Emily H: Introduce UM High Tunnel Berry researchWhy this projectEPA goalsEtc.
Emily H talk about funding sources
Steve present Morris project chronologically
Steve talk about trellis. Intermediate string needed to support mid size canes.Broken cane picture.
Steve talk about harvest in high tunnel and outside.
Harvest and chef comments (comments listed on next slide)
Steve share comments from UMM chef.
Steve: supplemental heatingRecommended min. 42000 BTU for this size high tunnel. Share BTUs, cost, etc. of new heater.
Turn it over to Emily T. to present data
Ron talk about high tunnel benefits, Joan J, harvest, pest complex in high tunnels compared to field.
Ron talk about spider mite damage
Ron talk about what he did to control spider mites;persimilis predatory mite that Emily T. ordered, did it work to control spider mites? Rates of release, timing, etc. Any other details.Steve tell what you did to control spider mites (monitoring, lens magnification?, high pressure water, hort oil)
Ron or Emily T or Emily H talk about data from Alex.
“…the raspberries produced from the high tunnel were absolutely phenomenal….”<br />“Some of the biggest I have ever seen.”<br />“…plump, sweet and tart!!!! Nice bright color…not bruised at all.”<br />“We loved the raspberries....”<br />-Joshua O’Brien, Executive Chef<br />University of Minnesota Morris<br />Sodexo Campus Services<br />
Average berry size in a 6 oz. Driscoll’s clamshell<br />
High Tunnel Primocane-Fruiting Raspberry Production at Grand Rapids- Year Two<br />Shengrui Yao<br />Department of Horticulture<br />North Central Research and Outreach Center <br />
Objectives:<br />Evaluate five primocane-fruiting raspberry cultivars <br />Compare their performance in the high tunnel with field planting<br />Monitor temperature changes in high tunnel and potential winter damage<br />Monitor pest and disease problems in the high tunnel <br />Disseminate the information to potential growers<br />Special thanks to Northeast Minnesota Sustainable Development Partnership for their support of this project<br />
Tunnel management:<br />Drip irrigation with 2 T-tapes/row<br />Fertigation for soil fertility management in 2009<br />Opening/closing tunnel sides to control tunnel temperature<br />Many wild bumble bees and honey bees for pollination occurred naturally in the area<br />Propane heater for frost protection<br />
Yield data<br />In 2008, total of 154 lb of berries were harvested from our 21x48 ft high tunnel from August 5 to November 6.<br />In 2009, total of 379lb of berries were harvested from our 21x48 ft high tunnel which was equivalent to 16,000 lb/acre from August 5 to November 2.<br />In 2009, 80 lb of berries were harvested from the field planting from August 12 to October 5.<br />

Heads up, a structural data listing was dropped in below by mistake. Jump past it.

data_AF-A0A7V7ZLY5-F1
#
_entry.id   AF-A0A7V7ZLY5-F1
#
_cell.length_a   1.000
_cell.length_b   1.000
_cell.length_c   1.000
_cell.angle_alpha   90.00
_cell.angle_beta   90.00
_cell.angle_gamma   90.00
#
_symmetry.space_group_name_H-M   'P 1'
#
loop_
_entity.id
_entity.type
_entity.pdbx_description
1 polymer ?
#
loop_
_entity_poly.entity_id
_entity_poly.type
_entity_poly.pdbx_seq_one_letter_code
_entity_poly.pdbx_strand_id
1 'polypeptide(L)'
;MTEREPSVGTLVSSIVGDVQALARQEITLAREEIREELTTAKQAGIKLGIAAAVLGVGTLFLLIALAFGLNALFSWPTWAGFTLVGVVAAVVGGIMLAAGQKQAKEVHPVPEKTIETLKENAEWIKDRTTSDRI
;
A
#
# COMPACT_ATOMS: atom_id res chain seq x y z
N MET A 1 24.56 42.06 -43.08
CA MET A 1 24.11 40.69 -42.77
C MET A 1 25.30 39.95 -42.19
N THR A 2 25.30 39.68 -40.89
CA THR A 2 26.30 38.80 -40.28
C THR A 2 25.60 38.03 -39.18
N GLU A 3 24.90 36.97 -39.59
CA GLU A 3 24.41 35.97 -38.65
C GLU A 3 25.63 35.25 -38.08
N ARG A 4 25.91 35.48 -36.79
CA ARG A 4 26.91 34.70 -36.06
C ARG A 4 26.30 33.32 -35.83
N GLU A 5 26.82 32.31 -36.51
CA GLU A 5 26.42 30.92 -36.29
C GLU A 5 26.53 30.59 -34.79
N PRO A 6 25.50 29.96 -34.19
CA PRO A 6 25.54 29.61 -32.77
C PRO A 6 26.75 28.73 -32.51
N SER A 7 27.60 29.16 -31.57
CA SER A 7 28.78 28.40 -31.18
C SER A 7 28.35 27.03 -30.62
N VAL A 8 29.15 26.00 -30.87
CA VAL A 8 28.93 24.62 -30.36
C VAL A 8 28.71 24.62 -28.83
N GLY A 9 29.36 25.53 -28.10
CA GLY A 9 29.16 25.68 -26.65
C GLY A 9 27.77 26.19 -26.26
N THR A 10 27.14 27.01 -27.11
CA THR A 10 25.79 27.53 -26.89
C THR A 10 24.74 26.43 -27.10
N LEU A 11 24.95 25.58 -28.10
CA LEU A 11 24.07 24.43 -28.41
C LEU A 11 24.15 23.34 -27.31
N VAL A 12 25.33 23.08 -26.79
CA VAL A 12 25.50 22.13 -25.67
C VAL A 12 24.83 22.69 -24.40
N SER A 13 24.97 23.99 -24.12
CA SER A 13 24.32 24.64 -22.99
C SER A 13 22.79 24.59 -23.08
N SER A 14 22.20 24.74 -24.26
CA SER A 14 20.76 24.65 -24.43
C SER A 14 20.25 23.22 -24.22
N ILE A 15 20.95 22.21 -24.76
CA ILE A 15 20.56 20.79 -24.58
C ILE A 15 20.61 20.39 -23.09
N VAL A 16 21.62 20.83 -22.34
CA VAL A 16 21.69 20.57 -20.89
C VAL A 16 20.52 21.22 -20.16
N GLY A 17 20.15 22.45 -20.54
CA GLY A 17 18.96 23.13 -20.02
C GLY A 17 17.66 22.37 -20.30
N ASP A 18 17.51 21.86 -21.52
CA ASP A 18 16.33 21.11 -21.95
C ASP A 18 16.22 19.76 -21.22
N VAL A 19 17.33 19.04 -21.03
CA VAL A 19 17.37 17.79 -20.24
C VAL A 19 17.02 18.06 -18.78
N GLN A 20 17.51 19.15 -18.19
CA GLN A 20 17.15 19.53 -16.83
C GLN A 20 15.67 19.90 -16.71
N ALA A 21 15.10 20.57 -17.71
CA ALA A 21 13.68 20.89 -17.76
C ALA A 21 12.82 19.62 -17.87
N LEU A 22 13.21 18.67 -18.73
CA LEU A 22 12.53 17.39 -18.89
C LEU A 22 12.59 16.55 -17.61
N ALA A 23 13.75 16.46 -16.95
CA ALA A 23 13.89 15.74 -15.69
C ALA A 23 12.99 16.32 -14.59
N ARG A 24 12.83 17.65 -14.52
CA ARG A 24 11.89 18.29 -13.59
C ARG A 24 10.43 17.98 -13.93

Productivity (2009):<br />Average HT berry weight (g) <br />XAutumn Britten had double fruits in 2008 which made the average berry weight higher.<br />*This yield is the berry weight per plant of the “original planting” in 2008.<br />
Cultivars:<br />Autumn Bliss: small fruit, fewer canes, very thorny, mid season.<br />Autumn Britten: nice fruit, fewer canes, mid season, (double berries)<br />Caroline: most vigorous, lots of canes and branches, nice flavor and fruits, very productive, moderate thorns, late cultivar <br />Joan J: nice and big fruit, thornless, mid season cultivar<br />Polana: very early, short plants, small and glossy fruits, moderate thorns<br />Bare root plants were planted in the high tunnel at May 9, and in the field on May 12, 2008<br />Hand thinned most of Caroline plots and some Joan J plots in mid May and early July, 2009. <br />
Air temperature changes in and outside of high tunnel during winter of 2008/2009<br />
Air temperature changes in and outside of raspberry high tunnel during growing season of 2009<br />Heater effect<br />
High tunnel 5-19-09<br />Dec 15, 2008<br />Snow cover in winter No snow in winter<br />Field 5-19-09<br />
Joan J<br />9-27-09<br />Caroline<br />Joan J<br />
Joan J<br />Polana<br />Caroline<br />Autumn Britten<br />
Raspberry Pests and Diseases at Grand Rapids<br />High tunnel: <br />Raspberry sawflies for both 2008 and 2009<br />Spider mites <br />Appeared later in the season in 2008 without treatment;<br />Released parasitic mites and spot treated with insecticidal soap in 2009<br />Cane borer (one cane in 2008)<br />Crown gall (one plant in 2008)<br />No other disease pressure<br />Field: only raspberry sawfly in 2008 and 2009<br />
What we learned in 2008 and 2009<br />High tunnel primocane-fruiting raspberry is doable in MN even in northern MN<br />Tissue culture plants are highly recommended<br />Cane thinning and early pinching may be necessary for some vigorous cultivars<br />Limit N application if N was high in your high tunnels<br />Heat equipment is necessary for frost protection in northern Minnesota<br />
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